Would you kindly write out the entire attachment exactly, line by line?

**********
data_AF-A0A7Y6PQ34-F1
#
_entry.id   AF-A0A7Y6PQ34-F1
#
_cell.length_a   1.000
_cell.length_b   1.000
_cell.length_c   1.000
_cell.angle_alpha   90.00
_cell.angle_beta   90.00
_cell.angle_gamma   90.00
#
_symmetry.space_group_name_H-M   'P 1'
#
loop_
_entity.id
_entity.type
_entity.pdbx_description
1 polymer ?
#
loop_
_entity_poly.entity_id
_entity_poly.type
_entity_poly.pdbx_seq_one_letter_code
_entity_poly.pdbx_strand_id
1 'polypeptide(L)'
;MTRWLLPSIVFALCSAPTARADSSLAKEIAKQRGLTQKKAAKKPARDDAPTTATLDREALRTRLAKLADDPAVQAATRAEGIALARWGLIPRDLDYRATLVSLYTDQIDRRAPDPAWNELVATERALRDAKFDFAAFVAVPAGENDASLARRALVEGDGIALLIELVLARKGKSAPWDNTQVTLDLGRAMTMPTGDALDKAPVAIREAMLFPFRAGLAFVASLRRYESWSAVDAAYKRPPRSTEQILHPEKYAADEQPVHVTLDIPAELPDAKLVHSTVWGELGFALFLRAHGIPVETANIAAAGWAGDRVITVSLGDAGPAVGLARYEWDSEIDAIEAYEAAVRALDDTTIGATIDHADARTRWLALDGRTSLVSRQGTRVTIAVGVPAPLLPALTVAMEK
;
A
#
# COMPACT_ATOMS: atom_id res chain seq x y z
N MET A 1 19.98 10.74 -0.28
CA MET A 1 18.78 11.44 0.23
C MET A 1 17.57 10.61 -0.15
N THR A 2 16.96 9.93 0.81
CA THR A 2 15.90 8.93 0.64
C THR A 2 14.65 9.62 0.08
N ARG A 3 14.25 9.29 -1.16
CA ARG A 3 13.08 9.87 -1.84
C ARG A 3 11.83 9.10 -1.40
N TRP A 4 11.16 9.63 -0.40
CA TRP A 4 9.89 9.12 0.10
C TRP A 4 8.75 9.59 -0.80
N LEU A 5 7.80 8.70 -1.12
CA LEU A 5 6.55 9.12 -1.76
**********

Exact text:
data_AF-A0A7Y6PQ34-F1
#
_entry.id   AF-A0A7Y6PQ34-F1
#
_cell.length_a   1.000
_cell.length_b   1.000
_cell.length_c   1.000
_cell.angle_alpha   90.00
_cell.angle_beta   90.00
_cell.angle_gamma   90.00
#
_symmetry.space_group_name_H-M   'P 1'
#
loop_
_entity.id
_entity.type
_entity.pdbx_description
1 polymer ?
#
loop_
_entity_poly.entity_id
_entity_poly.type
_entity_poly.pdbx_seq_one_letter_code
_entity_poly.pdbx_strand_id
1 'polypeptide(L)'
;MTRWLLPSIVFALCSAPTARADSSLAKEIAKQRGLTQKKAAKKPARDDAPTTATLDREALRTRLAKLADDPAVQAATRAEGIALARWGLIPRDLDYRATLVSLYTDQIDRRAPDPAWNELVATERALRDAKFDFAAFVAVPAGENDASLARRALVEGDGIALLIELVLARKGKSAPWDNTQVTLDLGRAMTMPTGDALDKAPVAIREAMLFPFRAGLAFVASLRRYESWSAVDAAYKRPPRSTEQILHPEKYAADEQPVHVTLDIPAELPDAKLVHSTVWGELGFALFLRAHGIPVETANIAAAGWAGDRVITVSLGDAGPAVGLARYEWDSEIDAIEAYEAAVRALDDTTIGATIDHADARTRWLALDGRTSLVSRQGTRVTIAVGVPAPLLPALTVAMEK
;
A
#
# COMPACT_ATOMS: atom_id res chain seq x y z
N MET A 1 19.98 10.74 -0.28
CA MET A 1 18.78 11.44 0.23
C MET A 1 17.57 10.61 -0.15
N THR A 2 16.96 9.93 0.81
CA THR A 2 15.90 8.93 0.64
C THR A 2 14.65 9.62 0.08
N ARG A 3 14.25 9.29 -1.16
CA ARG A 3 13.08 9.87 -1.84
C ARG A 3 11.83 9.10 -1.40
N TRP A 4 11.16 9.63 -0.40
CA TRP A 4 9.89 9.12 0.10
C TRP A 4 8.75 9.59 -0.80
N LEU A 5 7.80 8.70 -1.12
CA LEU A 5 6.55 9.12 -1.76